Black will hit you with any 3, as well as 61. That is 13 shots or 36% of the time. You also leave 2 blots.

If you are missed and Black does not escape, you still might not cover the blot next roll.

This looks like too much risk for too little return.

You would like to Unstack your 6 point, and you have the stronger board so why not attack with 6/1* 13/9:

You will be hit with any 1, as well as 62, 54 and 44. That is 16 rolls or 44% of the time – this is just too many rolls. You also leave 3 blots.

The only awkward hitting roll that Black has is 41. Can you find a move that gives Black more awkward hitting rolls?

Consider 13/8 6/2:

This only leaves 11 hitting rolls, 1 blot and it unstacks your 6 point. As an added bonus, your 8 point is made. Your 8 point may not seem important, but it gives you 2 checkers in the zone that can be used to cover the blot on your 2 point and aid in any future attack.

When you look at Blacks hitting rolls, you will notice that 61, 41 and 31 are very awkward for Black. Would Black actually hit with 61, 41 and 31?

Black should not even hit with 61, but should instead make their 5 point with 11/5 6/5. This unstacks there 6 point and gets rid of the gap in front of Whites anchor.

Black should still hit with 41, but the best move 24/23* 6/2, leaves a direct return shot from the bar. The advantage of 6/2 is that it unstacks Blacks 6 point.

Black should not even hit with 31, but should instead make their 5 point with 8/5 6/5. This unstacks there 6 point and gets rid of the gap in front of Whites anchor.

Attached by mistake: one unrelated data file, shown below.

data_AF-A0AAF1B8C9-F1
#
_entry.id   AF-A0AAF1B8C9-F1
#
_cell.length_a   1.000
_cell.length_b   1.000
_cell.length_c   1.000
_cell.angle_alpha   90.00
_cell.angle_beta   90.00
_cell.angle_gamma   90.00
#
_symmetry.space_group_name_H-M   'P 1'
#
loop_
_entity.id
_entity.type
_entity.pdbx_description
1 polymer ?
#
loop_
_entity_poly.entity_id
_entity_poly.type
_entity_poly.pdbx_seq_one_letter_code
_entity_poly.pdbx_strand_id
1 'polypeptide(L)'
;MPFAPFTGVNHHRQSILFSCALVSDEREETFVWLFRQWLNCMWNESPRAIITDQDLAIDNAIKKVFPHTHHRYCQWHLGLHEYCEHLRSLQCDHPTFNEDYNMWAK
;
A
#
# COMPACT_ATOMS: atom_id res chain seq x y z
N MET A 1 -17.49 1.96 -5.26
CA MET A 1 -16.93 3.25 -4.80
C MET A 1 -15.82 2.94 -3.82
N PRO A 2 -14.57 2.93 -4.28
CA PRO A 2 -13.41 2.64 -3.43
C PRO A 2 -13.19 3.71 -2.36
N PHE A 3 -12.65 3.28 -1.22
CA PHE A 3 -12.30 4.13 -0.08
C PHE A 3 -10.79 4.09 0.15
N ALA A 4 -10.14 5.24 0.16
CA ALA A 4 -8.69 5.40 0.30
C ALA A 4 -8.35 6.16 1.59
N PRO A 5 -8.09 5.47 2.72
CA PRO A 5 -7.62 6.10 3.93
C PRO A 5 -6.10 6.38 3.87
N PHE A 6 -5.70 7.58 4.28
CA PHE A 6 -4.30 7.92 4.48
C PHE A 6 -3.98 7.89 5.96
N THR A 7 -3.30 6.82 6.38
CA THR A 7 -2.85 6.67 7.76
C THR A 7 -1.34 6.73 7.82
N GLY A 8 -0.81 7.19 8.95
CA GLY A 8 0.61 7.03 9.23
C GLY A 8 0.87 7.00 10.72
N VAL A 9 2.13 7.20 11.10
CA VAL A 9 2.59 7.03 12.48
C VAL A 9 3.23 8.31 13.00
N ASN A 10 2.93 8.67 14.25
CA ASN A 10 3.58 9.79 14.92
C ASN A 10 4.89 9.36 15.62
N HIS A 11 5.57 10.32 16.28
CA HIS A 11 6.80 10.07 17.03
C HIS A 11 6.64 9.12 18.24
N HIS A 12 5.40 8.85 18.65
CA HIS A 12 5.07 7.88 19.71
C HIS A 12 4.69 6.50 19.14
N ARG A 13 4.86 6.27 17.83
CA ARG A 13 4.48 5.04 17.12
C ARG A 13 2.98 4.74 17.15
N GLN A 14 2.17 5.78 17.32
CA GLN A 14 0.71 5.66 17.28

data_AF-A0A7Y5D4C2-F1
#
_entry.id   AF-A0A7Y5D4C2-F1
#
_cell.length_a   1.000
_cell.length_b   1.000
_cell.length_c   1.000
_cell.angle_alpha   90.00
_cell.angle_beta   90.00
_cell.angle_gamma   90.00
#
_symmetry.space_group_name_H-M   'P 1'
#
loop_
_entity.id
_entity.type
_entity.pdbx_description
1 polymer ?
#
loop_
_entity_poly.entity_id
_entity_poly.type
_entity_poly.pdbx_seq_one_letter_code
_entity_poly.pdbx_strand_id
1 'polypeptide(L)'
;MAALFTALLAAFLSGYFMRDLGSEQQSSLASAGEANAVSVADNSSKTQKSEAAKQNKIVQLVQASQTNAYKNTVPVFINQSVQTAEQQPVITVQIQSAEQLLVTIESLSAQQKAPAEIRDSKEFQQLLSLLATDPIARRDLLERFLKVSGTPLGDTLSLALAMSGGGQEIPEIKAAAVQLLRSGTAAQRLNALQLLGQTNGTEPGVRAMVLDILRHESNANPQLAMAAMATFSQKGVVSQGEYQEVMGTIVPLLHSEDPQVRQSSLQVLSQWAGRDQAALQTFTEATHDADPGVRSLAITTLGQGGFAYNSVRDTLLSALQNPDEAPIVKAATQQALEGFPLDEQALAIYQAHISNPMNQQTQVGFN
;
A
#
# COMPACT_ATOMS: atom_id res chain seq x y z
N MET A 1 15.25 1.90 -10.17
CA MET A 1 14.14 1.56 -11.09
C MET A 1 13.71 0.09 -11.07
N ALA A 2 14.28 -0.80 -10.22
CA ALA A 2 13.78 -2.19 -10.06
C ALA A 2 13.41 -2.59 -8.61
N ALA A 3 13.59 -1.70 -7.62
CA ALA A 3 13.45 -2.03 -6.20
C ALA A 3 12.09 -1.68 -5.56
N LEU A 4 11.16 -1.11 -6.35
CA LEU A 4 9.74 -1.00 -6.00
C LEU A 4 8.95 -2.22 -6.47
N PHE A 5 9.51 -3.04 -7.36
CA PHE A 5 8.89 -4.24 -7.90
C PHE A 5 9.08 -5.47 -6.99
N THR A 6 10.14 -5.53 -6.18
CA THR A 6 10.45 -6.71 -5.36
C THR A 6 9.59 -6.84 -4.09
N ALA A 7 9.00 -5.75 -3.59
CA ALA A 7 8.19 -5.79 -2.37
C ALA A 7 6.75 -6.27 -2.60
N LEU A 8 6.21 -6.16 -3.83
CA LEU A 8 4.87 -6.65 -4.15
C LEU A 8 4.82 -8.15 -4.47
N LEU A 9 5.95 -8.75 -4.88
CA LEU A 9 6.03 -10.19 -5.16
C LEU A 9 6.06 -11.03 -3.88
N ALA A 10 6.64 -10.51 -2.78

So in the original position, instead of being hit with 11 rolls, we should only correctly be hit with 7 rolls after the correct 13/8 6/2.

When you are considering how many rolls your opponent will hit with, ask yourself is it correct for my opponent to hit here?

#198 – How should White play 21 here?

If you want to play 24/21:

You should ask yourself what you are trying to achieve with 24/21. This is the racing play when you are behind in the race. You will be behind in the race by 11 pips after the roll.

You will have also moved to the point that Black most wants to make, when he has 3 builders aimed at it.

This play is just too dangerous.

Moving 24/23 13/11:

This moves to a less desirable point for Black to make, but just because it is less desirable to make does not mean that Black does not want it. There is a saying “all points are equal in the blitz”, meaning when Black is attacking they will take any point that they can get, especially if it puts us on the bar at the same time.

This is too dangerous and you need to leave your checker on the 24 point alone.

You want to keep your board intact so any move that breaks your 4 point should be discarded.

When leaving a shot, most players just think about the number of shots they leave their opponent. This can be the most important consideration but sometimes it is more important to leave the blot in front of a point that they would rather not give up. Especially if you will have returned shots from the bar if they hit you from an anchor.

The correct move here is 13/11 8/7:

If Black hits you with any roll other than 22, you will have returned shots from the bar. Particularly you will have returned 6’s from the bar.

If Black misses you, you will have a good chance of making your 7 point.

You have also duplicated 2’s to hit on both sides of the board.

This is the correct move as it forces your opponent to give up an asset they would rather not give up.